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October 2015

Getting it done, Getting it wrong

October 19, 2015
Former U.S. Secretary of State Hillary Clinton laughs as she arrives for an event at Chatham House in London, Friday, Oct. 11, 2013. Clinton is to be presented with the institute’s annual award in recognition of her contribution to the significant improvement of international relations, according to the institution. (AP Photo/Lefteris Pitarakis)

Hillary Clinton claims to be “a Progressive that gets things done.” The second part of that statement is true. Hillary Clinton is very good at getting things done – they just more often happen to be conservative, Republican goals.

Clinton has hardly gotten anything done that required deft maneuvers of partisan politics *at all*, insofar as it means accomplishing *liberal* goals while working with *conservative* colleagues. Proof is how her signature liberal attempt – Hillarycare in the 90s – failed abysmally. On things she has “accomplished” – i.e. things she supported (along with her husband) that passed into law – most of them were squarely *republican* initiatives. Ending welfare. Deregulating the banks. Opposing gay marriage. The Iraq war. The 94 Crime Bill and the Drug War. The list of *Republican* goals that Hillary enabled and supported to pass goes on and on. The Progressive goals, hardly any in sight (SCHIP the only one that comes to mind).

As Secretary of State it’s hard to point to any signature achievement. Granted, much that happens in that office is reacting to things beyond your control. But her desire to hit the “reset” button with Russia was a failure, and her record with regards to the Arab spring is spotty at best (this doesn’t include Benghazi, her probe into this being a partisan farce). Kerry, meanwhile, has secured both the Iran Deal and the Cuba Deal – bigtime big player stuff in that office.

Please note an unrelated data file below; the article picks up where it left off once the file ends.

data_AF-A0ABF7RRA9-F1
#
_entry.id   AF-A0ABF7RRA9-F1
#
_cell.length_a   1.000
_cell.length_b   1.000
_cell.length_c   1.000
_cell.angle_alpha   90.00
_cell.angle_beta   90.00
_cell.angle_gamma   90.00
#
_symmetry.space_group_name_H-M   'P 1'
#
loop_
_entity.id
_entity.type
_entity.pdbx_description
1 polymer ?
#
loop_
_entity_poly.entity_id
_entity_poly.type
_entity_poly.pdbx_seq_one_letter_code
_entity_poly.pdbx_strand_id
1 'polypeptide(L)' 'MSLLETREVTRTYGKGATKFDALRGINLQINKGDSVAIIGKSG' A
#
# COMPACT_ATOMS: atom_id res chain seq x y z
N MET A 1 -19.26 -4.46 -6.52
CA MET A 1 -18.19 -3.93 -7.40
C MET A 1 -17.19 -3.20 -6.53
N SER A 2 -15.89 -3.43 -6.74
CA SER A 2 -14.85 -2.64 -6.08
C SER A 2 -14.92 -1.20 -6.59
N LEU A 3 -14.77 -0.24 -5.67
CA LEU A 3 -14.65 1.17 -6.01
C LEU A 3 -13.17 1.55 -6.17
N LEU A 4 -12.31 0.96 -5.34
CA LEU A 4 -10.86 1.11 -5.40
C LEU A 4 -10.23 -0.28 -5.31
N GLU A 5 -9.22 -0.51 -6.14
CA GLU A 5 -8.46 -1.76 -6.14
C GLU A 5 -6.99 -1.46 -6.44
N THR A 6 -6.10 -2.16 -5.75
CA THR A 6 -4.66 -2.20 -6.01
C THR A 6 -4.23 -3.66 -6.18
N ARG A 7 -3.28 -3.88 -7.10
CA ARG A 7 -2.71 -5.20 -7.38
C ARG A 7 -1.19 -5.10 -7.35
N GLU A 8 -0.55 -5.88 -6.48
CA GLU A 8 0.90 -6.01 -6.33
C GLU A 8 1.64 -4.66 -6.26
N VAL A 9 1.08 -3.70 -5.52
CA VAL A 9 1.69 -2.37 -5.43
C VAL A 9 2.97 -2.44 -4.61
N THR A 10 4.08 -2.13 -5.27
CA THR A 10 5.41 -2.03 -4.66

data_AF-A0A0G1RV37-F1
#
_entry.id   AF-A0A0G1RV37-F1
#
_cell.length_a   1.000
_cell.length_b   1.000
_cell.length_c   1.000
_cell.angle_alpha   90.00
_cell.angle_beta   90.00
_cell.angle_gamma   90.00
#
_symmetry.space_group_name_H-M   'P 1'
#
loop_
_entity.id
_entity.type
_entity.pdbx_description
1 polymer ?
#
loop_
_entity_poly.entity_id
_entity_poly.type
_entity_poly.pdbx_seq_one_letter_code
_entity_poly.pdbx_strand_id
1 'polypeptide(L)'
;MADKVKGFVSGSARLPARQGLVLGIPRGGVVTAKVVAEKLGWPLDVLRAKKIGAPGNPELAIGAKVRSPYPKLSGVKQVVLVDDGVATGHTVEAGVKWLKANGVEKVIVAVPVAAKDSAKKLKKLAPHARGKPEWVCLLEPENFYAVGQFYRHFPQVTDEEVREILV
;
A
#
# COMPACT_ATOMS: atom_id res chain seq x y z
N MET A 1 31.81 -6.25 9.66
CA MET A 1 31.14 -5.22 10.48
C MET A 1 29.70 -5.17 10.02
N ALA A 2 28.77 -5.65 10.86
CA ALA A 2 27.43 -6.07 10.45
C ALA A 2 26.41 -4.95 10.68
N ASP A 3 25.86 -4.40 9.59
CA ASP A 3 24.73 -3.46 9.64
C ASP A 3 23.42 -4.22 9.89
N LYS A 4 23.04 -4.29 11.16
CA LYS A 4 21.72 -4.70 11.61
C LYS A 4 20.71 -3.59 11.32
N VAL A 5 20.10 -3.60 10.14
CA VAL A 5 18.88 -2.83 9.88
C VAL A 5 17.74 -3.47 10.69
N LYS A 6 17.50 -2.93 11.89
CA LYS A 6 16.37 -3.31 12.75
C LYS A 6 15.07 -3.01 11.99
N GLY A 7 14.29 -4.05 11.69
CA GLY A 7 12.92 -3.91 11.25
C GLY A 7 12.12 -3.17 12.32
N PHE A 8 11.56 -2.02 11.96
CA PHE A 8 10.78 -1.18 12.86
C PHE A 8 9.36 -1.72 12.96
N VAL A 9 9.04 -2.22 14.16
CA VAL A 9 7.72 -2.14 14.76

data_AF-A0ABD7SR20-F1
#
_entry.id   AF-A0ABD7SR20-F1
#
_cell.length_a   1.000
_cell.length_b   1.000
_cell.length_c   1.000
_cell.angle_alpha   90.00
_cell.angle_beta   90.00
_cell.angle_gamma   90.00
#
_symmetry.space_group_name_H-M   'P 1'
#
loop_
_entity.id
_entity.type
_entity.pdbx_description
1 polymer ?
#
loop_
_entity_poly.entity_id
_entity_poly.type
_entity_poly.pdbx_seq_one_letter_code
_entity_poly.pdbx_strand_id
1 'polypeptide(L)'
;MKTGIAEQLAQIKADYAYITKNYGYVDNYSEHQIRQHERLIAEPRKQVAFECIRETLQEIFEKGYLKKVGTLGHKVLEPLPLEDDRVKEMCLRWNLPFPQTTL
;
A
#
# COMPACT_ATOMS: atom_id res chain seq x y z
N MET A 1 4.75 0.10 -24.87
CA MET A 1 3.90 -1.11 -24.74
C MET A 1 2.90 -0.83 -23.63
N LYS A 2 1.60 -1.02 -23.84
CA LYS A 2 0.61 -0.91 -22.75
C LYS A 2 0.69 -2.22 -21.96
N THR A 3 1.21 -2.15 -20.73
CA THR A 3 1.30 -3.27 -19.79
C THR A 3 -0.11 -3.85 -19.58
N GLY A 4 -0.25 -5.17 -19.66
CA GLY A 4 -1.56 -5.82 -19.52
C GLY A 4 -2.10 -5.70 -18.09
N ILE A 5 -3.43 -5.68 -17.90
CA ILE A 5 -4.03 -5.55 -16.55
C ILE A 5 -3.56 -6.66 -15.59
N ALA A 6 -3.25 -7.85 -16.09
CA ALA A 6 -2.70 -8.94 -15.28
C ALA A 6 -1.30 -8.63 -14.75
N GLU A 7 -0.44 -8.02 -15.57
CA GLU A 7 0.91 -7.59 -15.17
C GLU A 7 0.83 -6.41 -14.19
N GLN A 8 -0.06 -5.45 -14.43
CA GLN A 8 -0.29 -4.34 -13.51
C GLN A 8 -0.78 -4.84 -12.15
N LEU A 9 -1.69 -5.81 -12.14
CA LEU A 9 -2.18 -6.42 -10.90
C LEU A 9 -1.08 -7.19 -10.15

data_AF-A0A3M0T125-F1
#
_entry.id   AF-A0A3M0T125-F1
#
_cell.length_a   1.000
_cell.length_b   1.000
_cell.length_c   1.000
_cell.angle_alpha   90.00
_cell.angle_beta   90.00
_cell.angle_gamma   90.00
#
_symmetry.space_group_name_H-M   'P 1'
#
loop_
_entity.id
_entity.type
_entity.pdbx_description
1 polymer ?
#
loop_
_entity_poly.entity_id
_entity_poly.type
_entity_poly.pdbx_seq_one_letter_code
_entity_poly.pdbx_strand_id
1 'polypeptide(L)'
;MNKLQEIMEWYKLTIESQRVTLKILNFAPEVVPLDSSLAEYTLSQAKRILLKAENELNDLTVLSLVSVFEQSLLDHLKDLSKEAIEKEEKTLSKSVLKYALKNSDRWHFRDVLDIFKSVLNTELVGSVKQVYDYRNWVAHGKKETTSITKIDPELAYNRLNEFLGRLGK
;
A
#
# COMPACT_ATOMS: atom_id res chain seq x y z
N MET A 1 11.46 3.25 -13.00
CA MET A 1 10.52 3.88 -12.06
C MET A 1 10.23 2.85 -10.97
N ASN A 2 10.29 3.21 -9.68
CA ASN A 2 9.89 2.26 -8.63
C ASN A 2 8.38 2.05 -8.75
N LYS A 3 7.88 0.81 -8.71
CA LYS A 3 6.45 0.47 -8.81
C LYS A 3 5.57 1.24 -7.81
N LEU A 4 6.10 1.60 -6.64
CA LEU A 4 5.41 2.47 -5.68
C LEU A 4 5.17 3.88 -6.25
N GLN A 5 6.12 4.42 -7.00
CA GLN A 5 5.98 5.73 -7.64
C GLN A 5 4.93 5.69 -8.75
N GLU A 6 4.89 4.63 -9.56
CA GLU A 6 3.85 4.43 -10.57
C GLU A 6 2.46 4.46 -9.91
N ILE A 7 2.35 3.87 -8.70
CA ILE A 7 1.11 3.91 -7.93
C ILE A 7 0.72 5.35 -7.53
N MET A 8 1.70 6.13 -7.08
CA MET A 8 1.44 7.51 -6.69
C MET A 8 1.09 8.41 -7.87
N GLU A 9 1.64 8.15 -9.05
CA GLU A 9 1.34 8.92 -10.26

The Clintons were *very* good at passing laws that were the stuff of Republican dreams. This is why Progressives abandoned Hillary for Obama in 08 and (disastrously) supported Ralph Nader in 2000. Being attacked by the right doesn’t mean she’d be any more deft at navigating this Congress than she was in the past, unless it means bending to the conservative whim, which she *has* done in the past. The common criticism of Sanders now is that he could never get his plans through Congress, whereas supposedly Clinton could. The evidence suggests that Clinton could only as far as her initiatives are squarely Republican ones. Is that the kind of policymaking we should approve of in the standard-bearer of the Democratic party?

Oftentimes the real reasons people support candidates are 1) they know who they are, and 2) they project an *image* of confidence and a strong record. But we should probably take a closer look into whether that image is justified.